Chris Sale and the White Sox should probably just move on from each other
I’ve now written two articles about the White Sox this season. If you had the over in Vegas, you’re a winner. Go collect your winnings. But it was something that I think needed to be said about this situation.
Let me start off by making it clear that there is no defense for what Chris Sale did. It was stupid. It was immature. There are better ways to deal with it than taking a knife and cutting up a bunch of jerseys.
But the White Sox aren’t innocent either.
Perhaps the White Sox are a victim of their own expectations. After all, when they made national news in March following the retirement of Adam LaRoche, they talked about making sure that their focus was 100% on winning.
As White Sox President Kenny Williams phrased it in March, “One of the things we said coming into this season is ‘let’s check all the columns’ with regards to our preparation, our focus, to give us every chance to win.”
So they told Adam LaRoche that his son Drake could no longer be around the team. LaRoche retired and after a profanity-laced tirade by the same Chris Sale directed at Williams during a clubhouse meeting, everyone seemed to move on and put that focus on winning.
The White Sox royally bungled how they dealt with that situation, but one can understand how a 14 year old kid in the clubhouse might be a distraction.
Unreported in Spring Training were the White Sox getting fitted for special jerseys, including the 1976 throwback uniforms they were set to wear the other night. Many players complained about not being comfortable with the way they fit since they were so different than what they were used to. Sale said that he went as far as to say that he didn’t want to wear them on a day he started because he was uncomfortable and it might change his mechanics.
Jon Heyman reported that the players believed that this particular throwback uniform had been cancelled. Furthermore, Sale has always been allowed the freedom to have a say in what uniforms the team wears on days he starts.
The night before the game, Sale was told that the 1967 throwback uniforms were being worn. He protested with the pitching coach. He protested with the manager. He protested with the equipment manager. But a business decision had been made to wear the jerseys and the team was not going to budge.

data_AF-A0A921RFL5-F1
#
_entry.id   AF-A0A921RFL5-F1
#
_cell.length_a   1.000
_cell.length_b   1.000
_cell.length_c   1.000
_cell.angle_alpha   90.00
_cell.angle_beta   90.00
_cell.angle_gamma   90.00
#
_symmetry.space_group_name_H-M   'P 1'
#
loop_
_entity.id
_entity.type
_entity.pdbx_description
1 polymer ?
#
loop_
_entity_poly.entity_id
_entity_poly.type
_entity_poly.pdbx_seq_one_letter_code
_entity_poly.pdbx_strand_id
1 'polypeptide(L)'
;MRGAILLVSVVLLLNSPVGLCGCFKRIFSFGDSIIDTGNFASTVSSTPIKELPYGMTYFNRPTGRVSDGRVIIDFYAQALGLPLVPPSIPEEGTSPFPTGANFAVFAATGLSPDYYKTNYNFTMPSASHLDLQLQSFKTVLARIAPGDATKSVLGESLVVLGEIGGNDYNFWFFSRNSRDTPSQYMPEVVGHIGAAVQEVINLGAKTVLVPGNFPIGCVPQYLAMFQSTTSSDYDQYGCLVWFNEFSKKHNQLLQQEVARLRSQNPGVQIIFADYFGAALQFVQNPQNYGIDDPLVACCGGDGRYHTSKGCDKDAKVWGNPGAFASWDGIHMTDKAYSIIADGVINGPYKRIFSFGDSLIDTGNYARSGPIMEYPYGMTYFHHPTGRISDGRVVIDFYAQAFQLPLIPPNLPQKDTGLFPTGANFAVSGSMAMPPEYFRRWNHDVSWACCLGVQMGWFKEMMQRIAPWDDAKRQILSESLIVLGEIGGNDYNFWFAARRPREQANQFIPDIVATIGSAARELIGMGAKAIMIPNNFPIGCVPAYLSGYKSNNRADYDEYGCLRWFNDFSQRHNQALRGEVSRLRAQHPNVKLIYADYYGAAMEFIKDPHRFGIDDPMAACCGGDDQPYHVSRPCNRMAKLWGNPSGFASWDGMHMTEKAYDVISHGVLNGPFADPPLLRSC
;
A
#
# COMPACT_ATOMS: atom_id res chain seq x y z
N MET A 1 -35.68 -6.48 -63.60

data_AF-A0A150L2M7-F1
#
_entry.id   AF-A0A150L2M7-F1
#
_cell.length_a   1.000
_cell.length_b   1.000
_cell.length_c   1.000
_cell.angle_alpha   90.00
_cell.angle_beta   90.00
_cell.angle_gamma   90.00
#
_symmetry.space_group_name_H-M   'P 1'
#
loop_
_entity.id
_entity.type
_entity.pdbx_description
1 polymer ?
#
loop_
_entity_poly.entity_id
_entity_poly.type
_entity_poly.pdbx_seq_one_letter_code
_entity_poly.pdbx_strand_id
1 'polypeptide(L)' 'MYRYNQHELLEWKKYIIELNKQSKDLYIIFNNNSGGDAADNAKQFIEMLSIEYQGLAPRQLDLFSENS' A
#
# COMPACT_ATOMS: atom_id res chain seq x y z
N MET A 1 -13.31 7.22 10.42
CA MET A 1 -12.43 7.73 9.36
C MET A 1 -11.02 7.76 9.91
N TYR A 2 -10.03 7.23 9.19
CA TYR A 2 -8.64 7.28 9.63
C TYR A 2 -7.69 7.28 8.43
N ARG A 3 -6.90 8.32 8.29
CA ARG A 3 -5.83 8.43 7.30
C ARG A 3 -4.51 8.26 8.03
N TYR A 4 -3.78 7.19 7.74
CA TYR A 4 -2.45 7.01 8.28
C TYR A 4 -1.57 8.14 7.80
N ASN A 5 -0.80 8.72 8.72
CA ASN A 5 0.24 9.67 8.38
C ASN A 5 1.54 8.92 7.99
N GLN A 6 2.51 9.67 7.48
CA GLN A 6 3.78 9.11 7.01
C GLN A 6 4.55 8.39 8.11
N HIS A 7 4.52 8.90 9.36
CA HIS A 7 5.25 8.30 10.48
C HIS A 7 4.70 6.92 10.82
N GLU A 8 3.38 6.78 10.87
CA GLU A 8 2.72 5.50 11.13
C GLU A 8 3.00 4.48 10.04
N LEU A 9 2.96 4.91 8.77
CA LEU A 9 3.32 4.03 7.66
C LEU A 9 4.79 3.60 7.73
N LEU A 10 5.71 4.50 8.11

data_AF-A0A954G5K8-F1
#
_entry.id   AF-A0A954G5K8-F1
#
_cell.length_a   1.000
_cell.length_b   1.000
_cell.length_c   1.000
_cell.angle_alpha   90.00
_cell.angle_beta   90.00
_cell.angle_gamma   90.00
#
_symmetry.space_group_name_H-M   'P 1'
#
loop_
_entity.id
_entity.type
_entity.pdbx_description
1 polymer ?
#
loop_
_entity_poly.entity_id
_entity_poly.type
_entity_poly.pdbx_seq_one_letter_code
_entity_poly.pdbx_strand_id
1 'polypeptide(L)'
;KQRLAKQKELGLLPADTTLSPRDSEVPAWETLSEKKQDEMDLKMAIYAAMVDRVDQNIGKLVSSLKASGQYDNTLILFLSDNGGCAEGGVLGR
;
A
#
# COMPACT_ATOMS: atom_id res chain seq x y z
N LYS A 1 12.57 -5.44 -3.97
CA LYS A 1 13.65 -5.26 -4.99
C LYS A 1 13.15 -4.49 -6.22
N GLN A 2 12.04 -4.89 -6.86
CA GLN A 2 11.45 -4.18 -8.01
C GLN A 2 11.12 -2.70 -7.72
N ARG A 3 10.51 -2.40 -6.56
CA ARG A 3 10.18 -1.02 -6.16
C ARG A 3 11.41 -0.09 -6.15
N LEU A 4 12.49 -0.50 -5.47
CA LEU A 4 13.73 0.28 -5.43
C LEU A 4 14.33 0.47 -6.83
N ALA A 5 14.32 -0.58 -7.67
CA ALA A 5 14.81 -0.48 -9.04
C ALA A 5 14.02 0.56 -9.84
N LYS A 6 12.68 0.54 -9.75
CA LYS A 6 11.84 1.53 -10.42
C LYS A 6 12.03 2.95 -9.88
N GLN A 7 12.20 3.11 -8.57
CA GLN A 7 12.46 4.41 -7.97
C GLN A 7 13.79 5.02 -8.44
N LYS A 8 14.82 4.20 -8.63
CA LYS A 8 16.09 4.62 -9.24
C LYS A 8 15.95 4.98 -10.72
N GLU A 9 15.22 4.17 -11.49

Frustrated by the team’s decision to put business ahead of winning — remember how important they made checking all the boxes of preparation back in Spring Training — he acted to ensure that nobody could wear the uniforms.
And right up until then, I can totally understand where he’s coming from. In the case of both Sale and the White Sox, actions speak louder than words.
So here’s an organization that’s let you have a say in what uniforms get worn on the days you start and started out the season telling you how important ensuring that you’re in the best position to win is, and then they put you in a uniform that players didn’t like because it wasn’t comfortable.
In other words, the White Sox decided that a throwback jersey night was more important than giving the team the best chance at winning.
At this point the problems between Sale and the White Sox are so deep that I think it’s probably best if they just broke up. And to bring this back around, I think it should be the Cardinals that go get him.
Sale is 27 years old and will be paid $12 million in 2017, the final year of his current deal. But that deal also includes a pair of team options, $12.5 million in 2018 and now $15 million in 2019 after he finished third in Cy Young voting in 2014.
There are many teams that should be interested in acquiring him. The Red Sox and Dodgers are reportedly interested. The Cubs should be considering they have just one starting pitcher on their roster under the age of 30. The Cardinals should be ready and willing and I’d let Alex Reyes go as the centerpiece of that deal.
The improvement on the field is obvious. Sale has a 3.18 ERA and 1.01 WHIP in his 19 starts this season. His 128 ERA+ would make him the second best Cardinals’ starter this season behind Carlos Martinez’s 143.
But one of my complaints about this team is the lack of intensity day in and day out. I think we could improve that with the ability of another fiery, outspoken, competitive starting pitcher named Chris.
That other one was Carpenter. And since his departure, the Cardinals have lacked that vocal, passionate leader in the clubhouse. We have a lot of guys who are good leaders, who know how to work, and can inspire that in others, but they aren’t the guys who will give your butt a verbal tongue lashing when you need it.
I had hoped we’d see Lance Lynn grow into that kind of pitcher. But with this year lost to Tommy John, and I fear next year lost to regaining his velocity as a result of Tommy John before he heads into free agency following the 2017 season, I doubt he will be that guy for the Cardinals. That’s part of the reason why I’d want them to take Lynn in the deal, unless Lynn is willing to work out of the bullpen to start the year.
There will be many who won’t want to “reward” Sale for his actions by trading for him and putting him on a winner, but I believe that Sale’s biggest issue is a lack of faith in the White Sox organization both to follow through on assurances they’ve made him and to make the decisions necessary to create a winner. His actions demonstrate to me a guy who is screaming to be dealt.
And who better to make his desire of playing for a winner come true than one of the best run franchises in baseball who has the best track record of winning in the league?